Computers, printers, mobile phones and the widgets that accompany them account for the emission of about two per cent of the estimated total of emissions from human activity. And that is the same as the aviation industry's contribution. 25 per cent of the emissions in question are generated by the manufacture of computers. The rest come from their use.
Producing computers uses up lots of energy. This adds to climate change because fossil fuels are burned to create the energy.
70 per cent of the energy a typical laptop will consume during its lifespan is used in manufacturing the computer: 227–270 kilograms (or 500–594 pounds) of CO2 are emitted in manufacturing a laptop computer.
Nitrogen trifluoride (NF3), a binary compound of nitrogen and fluorine, is a colourless, toxic, non-flammable, corrosive gas shipped in cylinders at high pressure. NF3 is a greenhouse gas, with a global warming potential (GWP) 17,200 times greater than that of CO2 when compared over a 100-year period. NF3 is used as a chamber cleaning gas in the manufacture of semiconductors, flat panel displays and other electronic devices. When released into the atmosphere it has a powerful and long-lasting warming effect.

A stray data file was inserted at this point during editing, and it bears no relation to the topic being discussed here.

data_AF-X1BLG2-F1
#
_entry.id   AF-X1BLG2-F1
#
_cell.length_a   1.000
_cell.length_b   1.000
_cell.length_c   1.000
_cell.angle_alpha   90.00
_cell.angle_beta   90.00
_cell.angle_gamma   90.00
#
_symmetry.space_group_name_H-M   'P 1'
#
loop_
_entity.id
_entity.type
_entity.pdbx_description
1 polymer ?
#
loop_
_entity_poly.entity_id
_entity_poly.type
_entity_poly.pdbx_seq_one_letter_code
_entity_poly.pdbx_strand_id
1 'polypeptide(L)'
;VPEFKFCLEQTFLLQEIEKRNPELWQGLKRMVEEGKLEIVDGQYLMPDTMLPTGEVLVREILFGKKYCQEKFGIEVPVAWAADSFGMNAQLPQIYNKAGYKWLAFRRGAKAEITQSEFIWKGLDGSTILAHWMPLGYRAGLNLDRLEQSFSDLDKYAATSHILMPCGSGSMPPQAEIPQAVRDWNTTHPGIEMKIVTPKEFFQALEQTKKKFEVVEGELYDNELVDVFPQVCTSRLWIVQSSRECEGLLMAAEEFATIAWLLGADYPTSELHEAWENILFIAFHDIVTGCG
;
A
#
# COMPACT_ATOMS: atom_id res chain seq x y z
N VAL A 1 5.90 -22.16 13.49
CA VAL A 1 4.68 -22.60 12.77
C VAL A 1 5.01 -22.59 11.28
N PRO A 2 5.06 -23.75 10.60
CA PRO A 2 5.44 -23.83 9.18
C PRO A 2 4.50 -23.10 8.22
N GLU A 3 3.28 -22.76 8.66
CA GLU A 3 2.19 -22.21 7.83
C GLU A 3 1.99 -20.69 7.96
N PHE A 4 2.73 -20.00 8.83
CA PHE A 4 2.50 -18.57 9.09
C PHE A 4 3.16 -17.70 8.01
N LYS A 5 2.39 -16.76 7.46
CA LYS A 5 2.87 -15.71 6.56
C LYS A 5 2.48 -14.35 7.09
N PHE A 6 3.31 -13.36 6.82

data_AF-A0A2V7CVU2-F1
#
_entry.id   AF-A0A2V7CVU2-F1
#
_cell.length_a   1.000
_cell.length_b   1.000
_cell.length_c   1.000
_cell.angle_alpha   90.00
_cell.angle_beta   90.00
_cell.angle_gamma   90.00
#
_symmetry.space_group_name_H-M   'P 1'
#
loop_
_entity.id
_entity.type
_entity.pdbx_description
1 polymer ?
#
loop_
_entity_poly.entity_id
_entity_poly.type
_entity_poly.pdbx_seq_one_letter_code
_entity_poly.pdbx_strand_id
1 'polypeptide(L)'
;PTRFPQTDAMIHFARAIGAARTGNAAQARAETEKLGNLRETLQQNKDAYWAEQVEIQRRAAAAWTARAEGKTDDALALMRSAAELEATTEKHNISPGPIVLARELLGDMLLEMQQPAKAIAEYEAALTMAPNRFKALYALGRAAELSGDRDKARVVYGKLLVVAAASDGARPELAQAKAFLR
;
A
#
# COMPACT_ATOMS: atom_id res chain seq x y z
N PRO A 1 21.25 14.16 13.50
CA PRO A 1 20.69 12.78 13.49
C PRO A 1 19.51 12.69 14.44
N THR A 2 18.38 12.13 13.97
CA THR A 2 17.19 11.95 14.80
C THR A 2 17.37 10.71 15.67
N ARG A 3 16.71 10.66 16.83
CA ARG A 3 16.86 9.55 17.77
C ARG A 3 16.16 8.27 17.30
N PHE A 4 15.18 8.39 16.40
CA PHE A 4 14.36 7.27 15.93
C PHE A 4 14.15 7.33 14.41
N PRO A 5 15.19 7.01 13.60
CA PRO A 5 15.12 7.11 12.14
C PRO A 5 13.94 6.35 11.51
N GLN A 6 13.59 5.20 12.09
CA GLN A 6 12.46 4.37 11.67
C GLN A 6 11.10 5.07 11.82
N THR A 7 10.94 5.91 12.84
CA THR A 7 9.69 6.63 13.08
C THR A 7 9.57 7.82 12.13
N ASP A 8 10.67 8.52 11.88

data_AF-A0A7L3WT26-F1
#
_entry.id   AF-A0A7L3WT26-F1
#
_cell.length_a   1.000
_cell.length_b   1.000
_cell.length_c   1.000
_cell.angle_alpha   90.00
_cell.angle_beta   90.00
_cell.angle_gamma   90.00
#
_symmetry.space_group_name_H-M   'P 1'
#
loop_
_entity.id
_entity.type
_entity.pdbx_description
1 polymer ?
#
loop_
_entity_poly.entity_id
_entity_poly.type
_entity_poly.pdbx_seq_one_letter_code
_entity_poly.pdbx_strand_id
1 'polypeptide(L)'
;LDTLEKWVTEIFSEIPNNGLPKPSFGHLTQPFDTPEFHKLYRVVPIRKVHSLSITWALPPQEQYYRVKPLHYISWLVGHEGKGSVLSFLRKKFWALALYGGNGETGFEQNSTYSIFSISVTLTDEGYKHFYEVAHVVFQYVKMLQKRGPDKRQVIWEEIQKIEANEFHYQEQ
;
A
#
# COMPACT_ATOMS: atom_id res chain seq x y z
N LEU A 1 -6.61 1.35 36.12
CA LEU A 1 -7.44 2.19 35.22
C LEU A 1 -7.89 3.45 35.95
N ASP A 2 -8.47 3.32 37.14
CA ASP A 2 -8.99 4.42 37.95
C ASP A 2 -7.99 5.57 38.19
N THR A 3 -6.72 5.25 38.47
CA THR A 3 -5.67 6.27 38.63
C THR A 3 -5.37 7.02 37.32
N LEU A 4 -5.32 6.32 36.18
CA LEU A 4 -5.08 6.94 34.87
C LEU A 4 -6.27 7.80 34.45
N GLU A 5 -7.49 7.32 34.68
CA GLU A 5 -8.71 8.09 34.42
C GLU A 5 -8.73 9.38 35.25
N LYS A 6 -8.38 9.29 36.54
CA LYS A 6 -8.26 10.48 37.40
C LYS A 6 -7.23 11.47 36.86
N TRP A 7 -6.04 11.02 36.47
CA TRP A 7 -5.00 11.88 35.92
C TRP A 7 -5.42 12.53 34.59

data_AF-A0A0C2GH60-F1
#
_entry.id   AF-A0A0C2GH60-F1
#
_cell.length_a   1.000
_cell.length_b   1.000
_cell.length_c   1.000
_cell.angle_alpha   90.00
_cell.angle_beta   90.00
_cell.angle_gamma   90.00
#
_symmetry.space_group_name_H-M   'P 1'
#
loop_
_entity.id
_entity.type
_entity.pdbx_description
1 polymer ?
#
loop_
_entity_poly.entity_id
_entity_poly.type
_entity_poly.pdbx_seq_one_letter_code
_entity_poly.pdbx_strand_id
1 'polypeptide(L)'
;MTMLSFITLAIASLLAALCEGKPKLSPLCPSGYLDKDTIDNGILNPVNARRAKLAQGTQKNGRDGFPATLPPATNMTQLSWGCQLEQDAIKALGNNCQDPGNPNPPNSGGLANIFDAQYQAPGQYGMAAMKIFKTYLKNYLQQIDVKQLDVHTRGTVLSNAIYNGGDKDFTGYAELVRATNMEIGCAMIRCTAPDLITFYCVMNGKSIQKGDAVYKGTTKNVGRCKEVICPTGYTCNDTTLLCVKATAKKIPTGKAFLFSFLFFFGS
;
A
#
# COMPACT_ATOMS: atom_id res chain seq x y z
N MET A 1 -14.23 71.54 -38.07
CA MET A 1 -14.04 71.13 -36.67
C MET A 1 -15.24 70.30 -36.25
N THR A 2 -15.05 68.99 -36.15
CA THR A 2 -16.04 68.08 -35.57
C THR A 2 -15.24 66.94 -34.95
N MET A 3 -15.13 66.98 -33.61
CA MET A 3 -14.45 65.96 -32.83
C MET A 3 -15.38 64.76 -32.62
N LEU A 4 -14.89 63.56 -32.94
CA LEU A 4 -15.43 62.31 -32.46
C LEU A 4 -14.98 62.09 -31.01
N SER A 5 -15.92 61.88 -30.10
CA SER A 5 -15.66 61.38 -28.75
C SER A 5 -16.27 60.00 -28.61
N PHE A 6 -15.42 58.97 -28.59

A typical desktop computer uses about 65–250 watts. Add another 15–70 watts for an LCD monitor. A typical cable modem uses 7 watts, a router: 4.5 watts.Most laptop computers use about 15–60 watts, far less than desktops.
By far the biggest use of energy by computers is made by the server farms that power the internet. ‘Server farms’ is the term used to describe the vast arrays of servers used by large internet-based companies like Google and Amazon. Server farms contain thousands of servers and use a lot of energy to power them and to cool them. One 50,000 square foot data centre uses about 5 megawatts, enough to power 5,000. This level of energy consumption is just by the servers themselves. The cooling systems use as much energy as the plants!